faulty
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Post by faulty » Mon Oct 10, 2005 1:51 pm

William, were about in SA are you, i think it is great that you are in to Keeping Chichlids, you need to do loads of research and keep asking questions. IMHO having kept fish for many years and only recently getting into cichlids has tought me so much in the last few months.

i have a 700 litre 6 ft rectangular tank, lisa will be able to tell the exact size is 1.8m X 630cm X 610cm. it would be interesting to know what tank setup and water you are using William.

William
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Post by William » Tue Oct 11, 2005 2:18 pm

Hi I live in Gonubie. It is a small 'suburb' of East London. Do you live in SA? I have found it very difficult to find any info. I think that most people are yet to discover these brilliant fish. At the moment I have them in a rather small 10 gallon. The tank is well planted with a rock feature in the open. My mom is planning to buy a tank about the same size as yours but she wants to use it as a marine tank. I am halfway to convincing her to use it as a Cichlid tank. My fish have been acting strange lately. They have been staying in the caves and well planted areas. They are not as interested in food as they used to be. I think this is due to high nitrate levels, because when I got them about 2 weeks ago. For the first week I tried feeding them several types of vegitable matter such as lettace, carrot and cucumber. They were not interested in most of these so it sank to the bottom and rotted. I did a 50 % water change to try and lower the nitrate levels. This does not seem to have been successful.
Should I try another water change? Or should I turn my heater up to increase the speed of bacteria growth in my tank??
Any help will be appreciated!
Thanks
ps My fish are still very young...... about 1 inch (2.5cm) :lol:

MatsP
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Post by MatsP » Wed Oct 12, 2005 5:07 am

William,

If your tank is just recently set up, I think you are still in the beginning of "cycling" the tank. This means that the tank hasn't got the beneficial bacteria that converts ammonia (from the fish-poo and fish-pee, and from rotting carrots etc) into nitrite which is then converted to nitrate.

Ammonia and nitrite are highly poisonous to the fish, so there's a good reason to convert it to nitrate, which is MUCH less bad for the fish, although it needs to be dealt with (by removing it).

It will take several weeks to build up the bacteria, and one possible problem with the cycling of the tank is that it starts by building high levels of ammonia (when there is little or no bacteria in the tank), followed by high levels of nitrite (once the ammonia to nitrite bacteria has built up sufficiently). Unfortunately, the nitrite to nitrate converting bacteria will not start reproducing until there is sufficient nitrite, so there's little that can be done to fix this, other than waiting.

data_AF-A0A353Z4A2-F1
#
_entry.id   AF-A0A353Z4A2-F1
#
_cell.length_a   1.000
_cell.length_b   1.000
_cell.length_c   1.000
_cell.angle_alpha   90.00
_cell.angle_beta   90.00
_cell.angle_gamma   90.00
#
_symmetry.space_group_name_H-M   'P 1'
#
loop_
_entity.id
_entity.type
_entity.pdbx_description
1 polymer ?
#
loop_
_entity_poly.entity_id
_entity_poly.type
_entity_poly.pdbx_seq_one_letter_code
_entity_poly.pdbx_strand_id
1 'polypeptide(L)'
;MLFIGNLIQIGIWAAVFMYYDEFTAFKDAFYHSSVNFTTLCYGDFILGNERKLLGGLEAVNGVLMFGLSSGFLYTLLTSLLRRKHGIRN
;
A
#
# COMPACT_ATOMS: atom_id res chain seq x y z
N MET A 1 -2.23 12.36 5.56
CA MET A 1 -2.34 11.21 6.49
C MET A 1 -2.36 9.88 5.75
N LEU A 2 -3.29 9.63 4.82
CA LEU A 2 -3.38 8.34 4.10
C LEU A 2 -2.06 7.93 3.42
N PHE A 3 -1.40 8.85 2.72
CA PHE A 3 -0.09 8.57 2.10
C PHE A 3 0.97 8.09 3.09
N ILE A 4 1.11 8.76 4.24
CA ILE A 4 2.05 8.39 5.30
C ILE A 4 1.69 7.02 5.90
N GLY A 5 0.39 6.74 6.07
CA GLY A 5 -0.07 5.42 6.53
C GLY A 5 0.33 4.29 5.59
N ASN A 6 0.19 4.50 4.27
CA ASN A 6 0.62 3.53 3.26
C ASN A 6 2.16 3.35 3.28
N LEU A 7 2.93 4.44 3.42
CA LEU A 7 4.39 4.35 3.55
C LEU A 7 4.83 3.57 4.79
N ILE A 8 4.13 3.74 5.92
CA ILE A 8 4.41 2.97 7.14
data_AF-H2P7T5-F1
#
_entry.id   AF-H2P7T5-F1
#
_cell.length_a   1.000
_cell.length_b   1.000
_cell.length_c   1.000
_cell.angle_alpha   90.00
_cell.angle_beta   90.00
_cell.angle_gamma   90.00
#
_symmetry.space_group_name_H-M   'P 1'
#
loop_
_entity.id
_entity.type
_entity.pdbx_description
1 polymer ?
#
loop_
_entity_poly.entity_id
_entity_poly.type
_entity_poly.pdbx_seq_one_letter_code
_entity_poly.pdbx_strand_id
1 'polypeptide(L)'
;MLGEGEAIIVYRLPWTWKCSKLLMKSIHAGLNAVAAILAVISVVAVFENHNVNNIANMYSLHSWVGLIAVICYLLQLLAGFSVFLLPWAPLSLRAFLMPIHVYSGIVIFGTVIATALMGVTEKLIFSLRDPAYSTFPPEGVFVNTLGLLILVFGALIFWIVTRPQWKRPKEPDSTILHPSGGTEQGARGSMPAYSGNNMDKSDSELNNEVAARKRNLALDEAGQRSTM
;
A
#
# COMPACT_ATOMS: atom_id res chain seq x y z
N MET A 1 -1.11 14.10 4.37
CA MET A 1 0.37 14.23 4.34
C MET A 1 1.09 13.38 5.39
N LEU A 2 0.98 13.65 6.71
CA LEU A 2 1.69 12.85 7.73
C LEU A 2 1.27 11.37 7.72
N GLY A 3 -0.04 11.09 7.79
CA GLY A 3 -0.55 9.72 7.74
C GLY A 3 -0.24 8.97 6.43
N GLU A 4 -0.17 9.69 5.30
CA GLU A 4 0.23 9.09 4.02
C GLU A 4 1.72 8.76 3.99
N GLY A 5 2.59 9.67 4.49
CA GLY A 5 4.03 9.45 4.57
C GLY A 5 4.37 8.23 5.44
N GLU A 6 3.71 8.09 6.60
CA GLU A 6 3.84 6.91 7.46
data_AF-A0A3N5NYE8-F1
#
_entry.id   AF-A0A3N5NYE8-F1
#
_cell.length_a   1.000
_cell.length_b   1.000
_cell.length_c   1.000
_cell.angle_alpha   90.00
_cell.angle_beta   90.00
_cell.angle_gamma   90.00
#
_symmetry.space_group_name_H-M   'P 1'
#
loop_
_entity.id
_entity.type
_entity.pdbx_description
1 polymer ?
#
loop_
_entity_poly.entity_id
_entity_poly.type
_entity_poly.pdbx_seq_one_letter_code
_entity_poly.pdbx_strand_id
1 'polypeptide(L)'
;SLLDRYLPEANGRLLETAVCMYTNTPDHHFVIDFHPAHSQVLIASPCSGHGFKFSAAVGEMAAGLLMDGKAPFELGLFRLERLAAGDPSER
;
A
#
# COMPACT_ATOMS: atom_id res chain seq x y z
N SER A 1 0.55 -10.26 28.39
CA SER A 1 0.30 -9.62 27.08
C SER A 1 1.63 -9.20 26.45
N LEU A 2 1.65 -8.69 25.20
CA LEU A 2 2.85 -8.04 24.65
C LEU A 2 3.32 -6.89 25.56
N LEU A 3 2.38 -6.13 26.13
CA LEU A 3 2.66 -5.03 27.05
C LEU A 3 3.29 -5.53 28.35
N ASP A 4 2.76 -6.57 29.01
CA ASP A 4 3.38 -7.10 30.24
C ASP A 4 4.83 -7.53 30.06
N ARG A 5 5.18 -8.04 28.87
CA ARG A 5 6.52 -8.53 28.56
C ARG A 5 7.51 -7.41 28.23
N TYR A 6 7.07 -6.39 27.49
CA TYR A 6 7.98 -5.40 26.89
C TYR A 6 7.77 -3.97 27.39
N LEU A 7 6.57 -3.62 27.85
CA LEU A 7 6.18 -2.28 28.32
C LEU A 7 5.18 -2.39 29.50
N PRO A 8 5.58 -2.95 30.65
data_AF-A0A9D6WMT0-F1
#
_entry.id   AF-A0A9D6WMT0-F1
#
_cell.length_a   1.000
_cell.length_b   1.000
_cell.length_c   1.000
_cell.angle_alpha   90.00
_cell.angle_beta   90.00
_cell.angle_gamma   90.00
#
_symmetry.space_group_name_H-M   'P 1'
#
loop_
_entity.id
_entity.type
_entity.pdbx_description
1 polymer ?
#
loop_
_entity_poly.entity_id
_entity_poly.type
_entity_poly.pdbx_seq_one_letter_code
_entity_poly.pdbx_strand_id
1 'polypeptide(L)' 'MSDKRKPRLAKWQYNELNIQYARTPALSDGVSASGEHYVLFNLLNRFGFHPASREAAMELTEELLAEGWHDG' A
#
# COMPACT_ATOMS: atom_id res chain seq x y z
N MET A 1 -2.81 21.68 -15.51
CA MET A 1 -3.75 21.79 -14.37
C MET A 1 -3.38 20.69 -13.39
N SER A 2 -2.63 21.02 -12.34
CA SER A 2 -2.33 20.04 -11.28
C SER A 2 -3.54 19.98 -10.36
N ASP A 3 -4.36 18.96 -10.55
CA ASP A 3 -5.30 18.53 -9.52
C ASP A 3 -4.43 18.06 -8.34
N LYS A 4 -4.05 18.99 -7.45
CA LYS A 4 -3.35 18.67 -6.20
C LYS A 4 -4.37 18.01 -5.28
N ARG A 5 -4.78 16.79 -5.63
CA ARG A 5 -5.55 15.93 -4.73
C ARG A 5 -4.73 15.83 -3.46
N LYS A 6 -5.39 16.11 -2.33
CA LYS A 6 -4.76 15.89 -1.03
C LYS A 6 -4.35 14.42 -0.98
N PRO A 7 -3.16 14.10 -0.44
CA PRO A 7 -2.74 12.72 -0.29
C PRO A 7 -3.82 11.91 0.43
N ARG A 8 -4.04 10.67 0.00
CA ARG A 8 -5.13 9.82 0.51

I know this may sound complicated, but it's the way it works in nature...

Unfortunately, it's not helping much to change the water whilst the cycling is happening, as this will just lengthen the process (although, if your nitrite or ammonia level is at a high level, it may help the fish feel better).

Faulty: If that's your outside measures, your tank is just over 650 liters. If it's the inside measures, it would be just under 700 liters (691 to be precise).

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Mats

William
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Post by William » Wed Oct 12, 2005 6:33 am

I used my tank as a tropical tank(Tiger Barbs Black Widows etc) For about a year and because of the bacteria never removed any water or dirt from the gravel. The only changes i have made where adding mire plants and a rock cave.

Thanks

faulty
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Post by faulty » Wed Oct 12, 2005 12:10 pm

William: i live in Durban, and i know were Gonubie is, are you still running the same water or did you change the water for the Cichlids, import things to remeber are if that is the same water you may need to raise the ph as the water in SA is very softand has low ph around 6 - 6.5. if this is the case when doing a water change try to use a gravel suction to get rid of all the rotton uneaten food, remember your old practices and try to simulate without to many changes.

if you had fish before there is not much difference in techniques just some specifics for the new breed.

if you want info then try the municiple library and use google search engin just by typing the fish name in, you will find many different topics and information some of it conflicting.

only a bit of trial and error will help you at this stage but you dont want the fish to die, sometimes a small price to pay ( as cruel as it sounds)

william explain to your mom that a marine tank of some size may be awesome but is not efficiant as the ocean is and requires plenty work and can become extreamly costly to make it run effectivly, were a 6ft tropical tank may be slightly less exciting on the eye a number of suitable malawi tankmates can make it very special in it's own right. in a week or two i will be ready to show a few pictures and ill send you some.

Mats: those dimensions are inside my tank has 12mm glass and was built in 1992, it has been in my mates family and now passed on to me. it is cut on the side and had overflow box but i have removed it. since i have a big substrate base and the water is about 5 cm from the top i estimate the water capacity to be about 600 litres, thus making weekly changes at around 10 % only 60 litres. i hope this will be sufficient.

fortunatly i have already taking all the water from my 4ft and used it in the new tank, the 4ft had about 14 months of bacteria growth in the substrate which itransfered and never washed.

i am considering adding the box back and making a sump filtration system later on.